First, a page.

FRANKFORT, Ky. — Faced with a fast-growing incarceration rate, Kentucky is moving forward with a plan to keep some pregnant women out of jail for nonviolent offenses.
The House overwhelmingly passed a bill to allow women facing low-level drug or similar charges to get into rehabilitation as they wait for their cases to move through the court system. It also could apply to women already convicted of those offenses.
The measure, already passed by the Senate, awaits Gov. Matt Bevin’s signature.
State Sen. Julie Raque Adams, the bill’s lead sponsor, said the initiative will help mothers and children.
“We have to understand that incarcerating women is different than incarcerating men, and there have to be differences to treat them properly,” said Adams, a Louisville Republican.
Bill supporters estimate at least 200 women could qualify for entry into rehabilitation centers. They would have to complete substance abuse treatment, stay out of trouble, show up for court appearances and have no contact with any alleged victims or potential witnesses at their trials.
For those awaiting trial, prosecutors would decide whether to proceed with their cases if they comply with all conditions, Adams said.
Kentucky’s surging female inmate population is part of a larger problem in a state struggling to find enough prison beds. Kentucky’s top public safety official has said the state’s prisons will run out of space by mid-2019.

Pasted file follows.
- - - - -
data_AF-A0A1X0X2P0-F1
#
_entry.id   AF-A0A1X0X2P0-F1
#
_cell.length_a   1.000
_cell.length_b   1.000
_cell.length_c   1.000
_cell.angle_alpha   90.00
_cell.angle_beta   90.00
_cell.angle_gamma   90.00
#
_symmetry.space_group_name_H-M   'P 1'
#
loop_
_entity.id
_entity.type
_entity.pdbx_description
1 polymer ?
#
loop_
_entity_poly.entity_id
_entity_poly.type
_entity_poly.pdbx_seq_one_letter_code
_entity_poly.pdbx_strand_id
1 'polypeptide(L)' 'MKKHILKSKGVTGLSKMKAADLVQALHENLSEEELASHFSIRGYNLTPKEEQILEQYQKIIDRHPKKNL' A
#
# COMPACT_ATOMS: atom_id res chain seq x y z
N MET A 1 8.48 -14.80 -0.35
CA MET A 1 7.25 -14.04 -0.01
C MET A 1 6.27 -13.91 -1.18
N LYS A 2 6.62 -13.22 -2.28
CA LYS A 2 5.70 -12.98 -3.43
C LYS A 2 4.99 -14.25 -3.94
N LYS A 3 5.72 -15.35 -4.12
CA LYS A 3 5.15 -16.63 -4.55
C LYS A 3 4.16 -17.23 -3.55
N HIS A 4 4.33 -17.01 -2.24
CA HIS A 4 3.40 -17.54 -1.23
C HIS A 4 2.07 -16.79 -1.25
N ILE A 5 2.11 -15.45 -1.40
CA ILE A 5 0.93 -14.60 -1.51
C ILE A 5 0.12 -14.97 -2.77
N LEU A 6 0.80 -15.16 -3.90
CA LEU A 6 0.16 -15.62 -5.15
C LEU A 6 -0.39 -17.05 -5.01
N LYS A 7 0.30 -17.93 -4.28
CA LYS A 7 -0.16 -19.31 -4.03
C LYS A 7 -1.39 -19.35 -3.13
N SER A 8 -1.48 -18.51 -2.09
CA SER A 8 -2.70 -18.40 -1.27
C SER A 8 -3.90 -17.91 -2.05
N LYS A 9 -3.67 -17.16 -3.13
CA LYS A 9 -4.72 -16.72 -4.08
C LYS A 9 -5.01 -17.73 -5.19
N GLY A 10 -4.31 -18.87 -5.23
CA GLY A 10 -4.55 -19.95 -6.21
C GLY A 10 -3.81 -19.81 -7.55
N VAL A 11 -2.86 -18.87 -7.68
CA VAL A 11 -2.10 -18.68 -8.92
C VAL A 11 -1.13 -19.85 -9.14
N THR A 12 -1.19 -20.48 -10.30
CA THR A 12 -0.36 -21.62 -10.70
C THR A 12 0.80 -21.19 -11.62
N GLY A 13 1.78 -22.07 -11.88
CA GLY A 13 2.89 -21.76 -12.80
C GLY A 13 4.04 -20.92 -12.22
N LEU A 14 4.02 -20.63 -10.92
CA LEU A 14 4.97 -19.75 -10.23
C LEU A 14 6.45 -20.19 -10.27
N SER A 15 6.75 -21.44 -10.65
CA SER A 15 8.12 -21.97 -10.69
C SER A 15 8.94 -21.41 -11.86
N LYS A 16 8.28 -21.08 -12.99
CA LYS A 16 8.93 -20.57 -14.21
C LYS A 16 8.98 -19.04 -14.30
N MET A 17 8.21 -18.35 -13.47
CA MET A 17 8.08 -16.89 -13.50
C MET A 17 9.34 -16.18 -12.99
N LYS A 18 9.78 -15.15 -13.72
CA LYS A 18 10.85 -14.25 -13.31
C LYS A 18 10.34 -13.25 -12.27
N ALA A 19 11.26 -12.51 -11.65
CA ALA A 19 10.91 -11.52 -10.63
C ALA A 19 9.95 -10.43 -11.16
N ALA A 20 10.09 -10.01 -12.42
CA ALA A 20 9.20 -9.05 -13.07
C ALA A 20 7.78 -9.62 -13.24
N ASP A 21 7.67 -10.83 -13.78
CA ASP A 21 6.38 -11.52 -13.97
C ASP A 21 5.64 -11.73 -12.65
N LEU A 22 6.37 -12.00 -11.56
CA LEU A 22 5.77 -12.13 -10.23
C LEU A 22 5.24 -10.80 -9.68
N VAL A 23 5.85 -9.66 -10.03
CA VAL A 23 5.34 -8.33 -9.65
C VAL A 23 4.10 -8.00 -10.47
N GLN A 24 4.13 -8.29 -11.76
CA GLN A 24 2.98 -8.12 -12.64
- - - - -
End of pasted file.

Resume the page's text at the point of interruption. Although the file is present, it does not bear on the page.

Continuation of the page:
One group, Volunteers of America Mid-States, is more than doubling its bed space in Louisville for pregnant women needing treatment, said Jennifer Hancock, its president and CEO. The group also is seeking state support to help start a treatment program in southeastern Kentucky, she said. Top lawmakers are trying to reach a budget agreement.
Demand outpaces treatment space for pregnant women, Hancock said. Moving pregnant women into treatment can reap cost savings for taxpayers, she said.
“And the most effective way for that to happen is for her to be in treatment, not incarcerated,” she said.
The bill also would require state corrections officials to ensure that jails housing state prisoners provide adequate nutrition for pregnant inmates. Those jails also would have to provide adequate hygiene products and undergarments for female prisoners. It also would prohibit the shackling of pregnant inmates during childbirth.